all-source intelligence—intelligence derived from every type of intelligence available, including covert or secret intelligence. Example: In book 7, when trying to figure out the locations of the Horcruxes, Harry uses every source of information available to him: the information Dumbledore shared with him, articles from the Daily Prophet, and even Rita Skeeter’s tell-all book.

alternative explanation—a different explanation or reason for some occurrence or conclusion. Example: Harry went through many alternative explanations while trying to determine why he could see through the eyes of the snake, including being possessed by Voldemort.

analysis—the use of logic and observation to reach conclusions that are proper and based on fact. Example: Throughout book 7, Harry, Hermione, and Ron use analysis to determine where the Horcruxes are located.

Hermione in Chamber of Secrets

appointment power—the authority of a high-ranking individual to select and appoint others to posts or positions in the organization. Example: Minister of Magic Fudge used his appointment power to install Professor Umbridge as the first Hogwarts High Inquisitor, and later as Headmistress of Hogwarts.

argument ad hominem—a fallacy in logic in which the position or viewpoint of a particular person is rejected based solely on a negative view of that person. Example: The Daily Prophet repeatedly rejected Harry’s statements that Voldemort had returned by attacking him personally, making his credibility an issue, rather than by presenting hard evidence that Voldemort had not returned.

Daily Prophet

assessment—a formal review of the reliability or validity of information or intelligence, or the written version of such a review. Example: According to Fudge (who had just been sacked) there is going to be an inquiry about Sirius Black being murdered on Ministry of Magic premises; someone will be doing a formal assessment—and no doubt a written report will be provided to the new Minister of Magic, Rufus Scrimgeour.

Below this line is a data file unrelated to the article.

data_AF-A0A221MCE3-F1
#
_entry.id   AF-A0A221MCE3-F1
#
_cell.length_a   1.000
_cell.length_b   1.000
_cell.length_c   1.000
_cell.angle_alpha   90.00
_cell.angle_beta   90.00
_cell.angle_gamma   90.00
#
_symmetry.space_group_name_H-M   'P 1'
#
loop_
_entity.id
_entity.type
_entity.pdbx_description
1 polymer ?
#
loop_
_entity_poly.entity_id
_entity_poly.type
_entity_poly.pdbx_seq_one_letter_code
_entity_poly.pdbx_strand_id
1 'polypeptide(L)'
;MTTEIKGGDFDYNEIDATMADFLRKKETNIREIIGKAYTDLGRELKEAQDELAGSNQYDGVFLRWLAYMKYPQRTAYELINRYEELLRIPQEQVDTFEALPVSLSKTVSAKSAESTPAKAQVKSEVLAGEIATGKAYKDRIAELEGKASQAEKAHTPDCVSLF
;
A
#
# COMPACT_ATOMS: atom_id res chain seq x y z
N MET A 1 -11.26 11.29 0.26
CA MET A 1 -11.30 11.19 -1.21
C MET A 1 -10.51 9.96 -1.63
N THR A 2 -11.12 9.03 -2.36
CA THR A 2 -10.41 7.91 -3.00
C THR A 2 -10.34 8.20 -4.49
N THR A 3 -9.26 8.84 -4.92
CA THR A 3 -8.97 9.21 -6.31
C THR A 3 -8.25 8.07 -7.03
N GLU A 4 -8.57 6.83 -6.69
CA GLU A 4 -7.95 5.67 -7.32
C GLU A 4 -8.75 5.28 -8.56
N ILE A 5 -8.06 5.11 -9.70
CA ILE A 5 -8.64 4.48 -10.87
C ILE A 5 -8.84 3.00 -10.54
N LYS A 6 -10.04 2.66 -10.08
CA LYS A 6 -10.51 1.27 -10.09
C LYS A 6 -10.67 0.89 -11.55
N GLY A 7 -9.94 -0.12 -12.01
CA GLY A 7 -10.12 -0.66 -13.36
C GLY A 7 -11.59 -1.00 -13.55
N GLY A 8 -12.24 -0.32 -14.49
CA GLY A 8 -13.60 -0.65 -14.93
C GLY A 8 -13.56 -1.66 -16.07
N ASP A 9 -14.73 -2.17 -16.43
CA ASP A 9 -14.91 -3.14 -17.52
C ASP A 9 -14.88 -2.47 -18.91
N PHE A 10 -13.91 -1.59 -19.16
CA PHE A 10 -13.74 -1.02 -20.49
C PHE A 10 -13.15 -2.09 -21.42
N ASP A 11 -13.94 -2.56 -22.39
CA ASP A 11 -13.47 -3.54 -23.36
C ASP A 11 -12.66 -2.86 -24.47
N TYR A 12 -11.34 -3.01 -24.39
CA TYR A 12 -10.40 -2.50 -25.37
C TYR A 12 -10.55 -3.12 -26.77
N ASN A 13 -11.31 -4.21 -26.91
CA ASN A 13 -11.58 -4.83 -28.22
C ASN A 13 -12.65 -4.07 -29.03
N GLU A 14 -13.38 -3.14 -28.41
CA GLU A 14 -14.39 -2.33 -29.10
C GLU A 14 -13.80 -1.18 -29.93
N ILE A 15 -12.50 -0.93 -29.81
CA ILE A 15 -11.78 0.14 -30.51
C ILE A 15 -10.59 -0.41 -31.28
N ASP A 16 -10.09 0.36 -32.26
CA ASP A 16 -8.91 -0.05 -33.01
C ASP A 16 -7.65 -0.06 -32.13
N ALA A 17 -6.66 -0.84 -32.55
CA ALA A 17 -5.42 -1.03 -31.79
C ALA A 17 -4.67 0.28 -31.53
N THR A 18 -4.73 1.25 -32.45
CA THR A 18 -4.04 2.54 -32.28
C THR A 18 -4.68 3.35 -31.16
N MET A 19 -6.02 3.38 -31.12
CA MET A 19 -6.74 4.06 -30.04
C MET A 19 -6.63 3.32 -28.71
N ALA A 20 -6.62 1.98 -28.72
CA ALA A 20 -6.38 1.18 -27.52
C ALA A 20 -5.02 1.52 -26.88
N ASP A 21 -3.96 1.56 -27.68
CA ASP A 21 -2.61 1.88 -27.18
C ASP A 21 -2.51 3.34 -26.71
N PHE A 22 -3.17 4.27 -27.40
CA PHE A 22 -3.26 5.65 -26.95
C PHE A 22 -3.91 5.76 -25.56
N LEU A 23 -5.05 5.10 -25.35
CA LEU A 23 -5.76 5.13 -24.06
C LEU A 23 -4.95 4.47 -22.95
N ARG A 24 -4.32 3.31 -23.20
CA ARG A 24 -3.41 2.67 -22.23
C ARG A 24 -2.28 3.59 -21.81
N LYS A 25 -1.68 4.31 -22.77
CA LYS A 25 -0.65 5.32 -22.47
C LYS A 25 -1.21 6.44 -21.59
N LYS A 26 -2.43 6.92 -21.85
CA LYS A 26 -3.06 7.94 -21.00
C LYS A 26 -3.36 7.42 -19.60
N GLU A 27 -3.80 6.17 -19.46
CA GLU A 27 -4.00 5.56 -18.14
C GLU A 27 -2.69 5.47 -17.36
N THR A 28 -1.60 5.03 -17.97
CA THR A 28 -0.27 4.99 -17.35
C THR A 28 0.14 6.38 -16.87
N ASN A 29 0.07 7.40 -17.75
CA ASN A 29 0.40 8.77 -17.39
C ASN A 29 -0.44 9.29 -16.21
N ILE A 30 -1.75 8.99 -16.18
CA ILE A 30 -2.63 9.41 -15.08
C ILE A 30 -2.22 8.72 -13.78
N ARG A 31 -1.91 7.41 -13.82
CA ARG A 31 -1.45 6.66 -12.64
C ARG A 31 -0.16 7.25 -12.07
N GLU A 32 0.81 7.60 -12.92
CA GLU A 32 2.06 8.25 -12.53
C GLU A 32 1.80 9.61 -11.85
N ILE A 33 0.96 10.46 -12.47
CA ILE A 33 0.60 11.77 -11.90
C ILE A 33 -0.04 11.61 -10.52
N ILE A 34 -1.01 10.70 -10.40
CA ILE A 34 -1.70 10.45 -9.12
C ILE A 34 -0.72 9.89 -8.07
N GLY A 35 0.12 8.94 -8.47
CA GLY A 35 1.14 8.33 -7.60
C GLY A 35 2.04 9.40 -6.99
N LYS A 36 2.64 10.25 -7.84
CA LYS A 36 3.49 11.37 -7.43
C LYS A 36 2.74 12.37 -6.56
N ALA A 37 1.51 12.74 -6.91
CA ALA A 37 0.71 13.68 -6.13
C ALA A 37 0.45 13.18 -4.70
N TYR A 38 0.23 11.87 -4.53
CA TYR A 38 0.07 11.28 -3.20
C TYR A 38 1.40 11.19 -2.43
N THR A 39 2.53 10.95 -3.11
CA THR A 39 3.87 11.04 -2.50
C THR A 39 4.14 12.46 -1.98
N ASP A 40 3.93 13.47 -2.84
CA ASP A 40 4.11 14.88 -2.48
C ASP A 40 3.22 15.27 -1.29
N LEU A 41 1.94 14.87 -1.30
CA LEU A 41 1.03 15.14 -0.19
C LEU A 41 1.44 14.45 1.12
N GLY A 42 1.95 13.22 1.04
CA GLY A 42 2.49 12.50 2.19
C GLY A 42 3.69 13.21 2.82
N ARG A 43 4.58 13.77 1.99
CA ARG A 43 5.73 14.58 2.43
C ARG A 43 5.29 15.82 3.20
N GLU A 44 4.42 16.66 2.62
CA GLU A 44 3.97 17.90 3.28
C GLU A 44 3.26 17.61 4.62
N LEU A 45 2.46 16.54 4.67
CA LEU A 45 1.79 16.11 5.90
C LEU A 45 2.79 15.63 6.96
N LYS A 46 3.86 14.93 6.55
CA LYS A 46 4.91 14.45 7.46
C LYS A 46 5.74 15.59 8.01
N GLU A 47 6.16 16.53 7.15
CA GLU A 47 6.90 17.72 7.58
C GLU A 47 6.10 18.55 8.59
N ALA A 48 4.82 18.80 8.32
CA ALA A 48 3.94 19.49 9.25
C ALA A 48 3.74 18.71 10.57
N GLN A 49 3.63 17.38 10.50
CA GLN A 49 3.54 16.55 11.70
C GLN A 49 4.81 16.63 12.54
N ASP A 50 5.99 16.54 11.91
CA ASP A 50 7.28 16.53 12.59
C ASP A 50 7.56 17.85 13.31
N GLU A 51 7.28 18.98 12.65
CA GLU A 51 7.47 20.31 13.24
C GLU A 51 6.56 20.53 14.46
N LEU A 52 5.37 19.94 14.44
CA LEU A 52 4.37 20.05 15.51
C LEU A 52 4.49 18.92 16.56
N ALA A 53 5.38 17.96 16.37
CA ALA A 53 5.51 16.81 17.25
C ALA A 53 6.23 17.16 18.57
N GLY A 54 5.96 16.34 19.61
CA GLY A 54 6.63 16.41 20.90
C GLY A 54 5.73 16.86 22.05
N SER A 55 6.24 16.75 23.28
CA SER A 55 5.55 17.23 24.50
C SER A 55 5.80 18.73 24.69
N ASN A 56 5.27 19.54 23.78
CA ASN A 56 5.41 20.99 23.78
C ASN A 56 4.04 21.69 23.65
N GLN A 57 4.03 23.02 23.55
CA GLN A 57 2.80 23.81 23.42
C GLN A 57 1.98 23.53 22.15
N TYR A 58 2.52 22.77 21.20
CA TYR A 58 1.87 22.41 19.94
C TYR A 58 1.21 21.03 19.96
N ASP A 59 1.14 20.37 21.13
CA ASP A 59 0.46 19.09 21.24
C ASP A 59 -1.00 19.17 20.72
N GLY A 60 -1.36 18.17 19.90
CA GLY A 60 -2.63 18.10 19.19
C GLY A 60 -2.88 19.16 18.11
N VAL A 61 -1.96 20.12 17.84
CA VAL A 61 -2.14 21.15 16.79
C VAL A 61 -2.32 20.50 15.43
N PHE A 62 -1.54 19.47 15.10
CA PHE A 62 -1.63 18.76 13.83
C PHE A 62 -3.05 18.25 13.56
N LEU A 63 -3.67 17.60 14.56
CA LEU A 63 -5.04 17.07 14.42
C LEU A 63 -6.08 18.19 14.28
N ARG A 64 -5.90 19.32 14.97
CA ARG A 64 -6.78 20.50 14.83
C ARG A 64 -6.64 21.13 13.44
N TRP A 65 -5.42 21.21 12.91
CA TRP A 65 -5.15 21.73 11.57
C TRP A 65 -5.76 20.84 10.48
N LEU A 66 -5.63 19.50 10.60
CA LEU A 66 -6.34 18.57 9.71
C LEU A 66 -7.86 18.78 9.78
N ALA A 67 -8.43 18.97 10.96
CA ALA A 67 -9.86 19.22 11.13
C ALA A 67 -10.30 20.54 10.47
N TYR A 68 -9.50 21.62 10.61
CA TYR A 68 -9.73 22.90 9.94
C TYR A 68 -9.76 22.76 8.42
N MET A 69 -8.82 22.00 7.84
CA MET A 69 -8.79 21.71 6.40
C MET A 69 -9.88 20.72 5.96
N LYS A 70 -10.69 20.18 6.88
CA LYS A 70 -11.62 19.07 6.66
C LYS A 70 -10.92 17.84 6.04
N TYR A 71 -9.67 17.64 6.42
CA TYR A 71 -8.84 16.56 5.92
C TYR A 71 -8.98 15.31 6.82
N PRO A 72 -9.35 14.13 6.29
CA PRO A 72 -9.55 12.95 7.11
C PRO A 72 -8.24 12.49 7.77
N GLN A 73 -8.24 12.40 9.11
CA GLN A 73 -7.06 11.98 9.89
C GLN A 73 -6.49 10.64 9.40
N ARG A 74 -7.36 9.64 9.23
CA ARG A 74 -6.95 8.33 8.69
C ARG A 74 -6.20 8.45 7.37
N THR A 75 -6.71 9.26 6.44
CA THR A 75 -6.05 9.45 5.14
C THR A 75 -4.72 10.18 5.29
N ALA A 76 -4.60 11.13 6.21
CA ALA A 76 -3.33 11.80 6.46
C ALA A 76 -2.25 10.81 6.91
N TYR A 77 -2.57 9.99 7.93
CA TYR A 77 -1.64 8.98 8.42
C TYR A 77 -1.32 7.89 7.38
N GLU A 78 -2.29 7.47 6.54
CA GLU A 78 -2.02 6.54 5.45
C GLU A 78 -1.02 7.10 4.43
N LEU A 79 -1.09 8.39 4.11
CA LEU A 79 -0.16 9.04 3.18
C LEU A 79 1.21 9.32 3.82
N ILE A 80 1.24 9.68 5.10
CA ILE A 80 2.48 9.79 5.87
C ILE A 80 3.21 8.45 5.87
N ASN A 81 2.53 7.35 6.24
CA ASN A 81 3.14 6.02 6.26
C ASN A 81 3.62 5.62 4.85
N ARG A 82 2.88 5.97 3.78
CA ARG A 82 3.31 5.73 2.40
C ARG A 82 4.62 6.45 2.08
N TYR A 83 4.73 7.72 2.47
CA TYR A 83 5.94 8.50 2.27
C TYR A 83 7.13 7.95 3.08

asset—something of value; in the spy world, an asset is an individual, technology, or other means to obtain intelligence. Example: Each time Harry was moved from number four, Privet Drive, members of the Order of the Phoenix formed a security team to protect Harry due to his being a high-value asset.

assumption of leadership—the act of taking over a particular position or leadership role. Example: Dolores Umbridge assumed leadership of Hogwarts after Dumbledore evaded capture and disappeared.


attaché—an expert assigned as a consultant to an embassy in a foreign country knowledgeable about a particular subject; if the person is an active duty military person, he or she is referred to as a military attaché. Example: Kingsley Shacklebolt, an expert on the Wizarding world and magical defense, is the Ministry of Magic’s attaché to the Other Prime Minister.